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Being difference makers is a team goal at Rick Hansen P.S.

December 23, 2014   ·   0 Comments

By Brock Weir

It only takes one person to make a difference in the world, but being the difference-makers in the world around them is a team effort for the students and teachers at Rick Hansen Public School.

When the bell rang on Friday afternoon, elementary and secondary school kids were off the hook until the New Year, but going home last week the Rick Hansen community was sure in the knowledge that their efforts would soon make a lasting difference.

By Thursday, hats and gloves were obscuring the greenery of the school’s Christmas Tree as the students’ hat and mitten drive went into the home stretch. The woolly clothes collected during this drive will be distributed as gifts to local families in need at the annual Christmas meal hosted by Jonathan’s Restaurant.

While the kids looked after the hats and gloves, teachers on the other hand, pooled their annual gifts of soaps and other toiletries, donating them to the women and children at Yellow Brick House.

As these gifts bring smiles to the faces of recipients throughout the holiday season, these efforts to make a difference are, two years after its opening, becoming second nature to the Rick Hansen Community, according to teacher Ingrid LaGros, who heads their Positive Climates for Learning (PC4L) program.

“PC4L takes into account healthy schools, active living, social justice, equity and really trying to develop a culture in the school,” says Ms. LaGros. “One of the things we have been doing from students participating is trying to develop initiatives that get the whole school involved in Making a Difference, which is our big idea for the whole school. In our student council, there is a Positive Climates committee that helps run all our initiatives and helps us decide what we would like to do next.”

As for the teachers, their third-annual drive for Yellow Brick House brought in a bumper crop of donations not just from the teachers, but also the surrounding Rick Hansen community.

“As a teacher, you receive a lot of gifts,” says teacher Laura Britten, who is one of a three-member team in their community classroom. “You often get lots of soaps and shampoos that you won’t use at home and they often go to waste. So, we re-gift these to a worthy cause. It is just amazing to see how willing this community is to help families. Christmas isn’t all about Santa Claus coming to Town; it is about giving to people in need.”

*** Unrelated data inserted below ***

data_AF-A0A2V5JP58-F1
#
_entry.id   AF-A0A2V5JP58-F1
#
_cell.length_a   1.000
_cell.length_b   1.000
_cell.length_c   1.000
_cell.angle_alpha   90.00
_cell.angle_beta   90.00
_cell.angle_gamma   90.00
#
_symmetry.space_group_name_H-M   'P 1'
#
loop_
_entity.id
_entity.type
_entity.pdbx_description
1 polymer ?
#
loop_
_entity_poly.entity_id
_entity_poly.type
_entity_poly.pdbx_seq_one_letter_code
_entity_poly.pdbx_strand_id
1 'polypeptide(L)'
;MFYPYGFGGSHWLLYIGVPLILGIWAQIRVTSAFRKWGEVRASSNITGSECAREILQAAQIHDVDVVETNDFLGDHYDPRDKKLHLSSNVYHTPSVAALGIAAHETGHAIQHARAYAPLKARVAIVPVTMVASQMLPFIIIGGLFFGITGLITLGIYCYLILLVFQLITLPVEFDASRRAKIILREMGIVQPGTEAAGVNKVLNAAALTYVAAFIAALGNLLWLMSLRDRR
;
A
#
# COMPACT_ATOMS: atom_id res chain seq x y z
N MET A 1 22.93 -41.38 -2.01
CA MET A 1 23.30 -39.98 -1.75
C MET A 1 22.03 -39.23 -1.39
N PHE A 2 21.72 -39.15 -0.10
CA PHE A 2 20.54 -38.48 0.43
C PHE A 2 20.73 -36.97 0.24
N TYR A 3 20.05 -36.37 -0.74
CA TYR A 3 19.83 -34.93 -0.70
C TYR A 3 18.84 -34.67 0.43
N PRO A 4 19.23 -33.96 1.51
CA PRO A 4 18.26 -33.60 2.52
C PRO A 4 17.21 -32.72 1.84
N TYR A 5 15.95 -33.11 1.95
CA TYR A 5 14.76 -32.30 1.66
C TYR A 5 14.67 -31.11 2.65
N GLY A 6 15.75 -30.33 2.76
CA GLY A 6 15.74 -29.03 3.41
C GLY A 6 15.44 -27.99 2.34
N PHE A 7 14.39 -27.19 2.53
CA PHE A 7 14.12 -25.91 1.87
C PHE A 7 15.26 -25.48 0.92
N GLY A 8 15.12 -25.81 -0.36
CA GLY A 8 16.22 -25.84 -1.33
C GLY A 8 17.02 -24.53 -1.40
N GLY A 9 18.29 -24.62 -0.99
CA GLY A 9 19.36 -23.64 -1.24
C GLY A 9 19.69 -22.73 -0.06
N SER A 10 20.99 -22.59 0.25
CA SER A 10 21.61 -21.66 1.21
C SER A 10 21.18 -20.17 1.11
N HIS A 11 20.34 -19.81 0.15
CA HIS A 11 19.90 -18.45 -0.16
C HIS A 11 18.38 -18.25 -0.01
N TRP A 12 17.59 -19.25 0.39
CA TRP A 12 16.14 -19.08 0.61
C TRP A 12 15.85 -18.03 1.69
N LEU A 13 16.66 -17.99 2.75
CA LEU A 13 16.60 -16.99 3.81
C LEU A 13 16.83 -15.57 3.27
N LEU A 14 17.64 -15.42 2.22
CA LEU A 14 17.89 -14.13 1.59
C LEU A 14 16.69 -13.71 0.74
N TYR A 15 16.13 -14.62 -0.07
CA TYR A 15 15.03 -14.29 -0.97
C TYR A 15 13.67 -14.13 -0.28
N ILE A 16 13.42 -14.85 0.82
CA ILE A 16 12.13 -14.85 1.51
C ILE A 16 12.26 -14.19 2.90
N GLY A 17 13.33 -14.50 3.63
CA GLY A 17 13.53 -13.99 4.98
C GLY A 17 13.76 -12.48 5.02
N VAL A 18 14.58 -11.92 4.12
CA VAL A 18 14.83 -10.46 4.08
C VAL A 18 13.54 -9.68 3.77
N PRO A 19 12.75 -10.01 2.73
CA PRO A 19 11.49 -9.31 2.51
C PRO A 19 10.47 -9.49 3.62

This fall, the group led a food drive. Just a few short weeks ago, primary students up to Grade 2 put their best feet forward in their annual holiday concert, raising awareness for local organizations, and many of these efforts culminated in a $275 donation to the York Region Children’s Aid Society, where students plan to adopt families for gift giving next season.

In the early days of these efforts, Ms. LaGros says she was often left asking kids what they thought of certain initiatives, but getting students to take ownership of these initiative, was an entirely different challenge. Not so anymore.

“Now, we actually have kids asking, ‘Why don’t we do this? Why don’t we do that?’” she says. “I make contact with the organizations and they do the announcements, they do the organizing, they do the collection and everything. It has now shifted from teacher-led to student-led, which is really where you want it to be because it has them thinking about how to make a difference in their community.

“The most exciting part of it for me is the students are making the commitment to take the time to think about it, internalize it and find out what resonates with them. No matter what we do, the kids now have the mentality that now we’re trying to make someone’s life better. Whatever the initiative is, that is our end goal. I think the fact they’re now thinking about it themselves is what excites me the most – that change in mindset of how can I make a difference in the lives of somebody else, and how can I encourage others to do the same?”

Adds Ms. Britten: “The staff and students here are absolutely fantastic. They would give you the shirt off their back if they could just help the community.”

         

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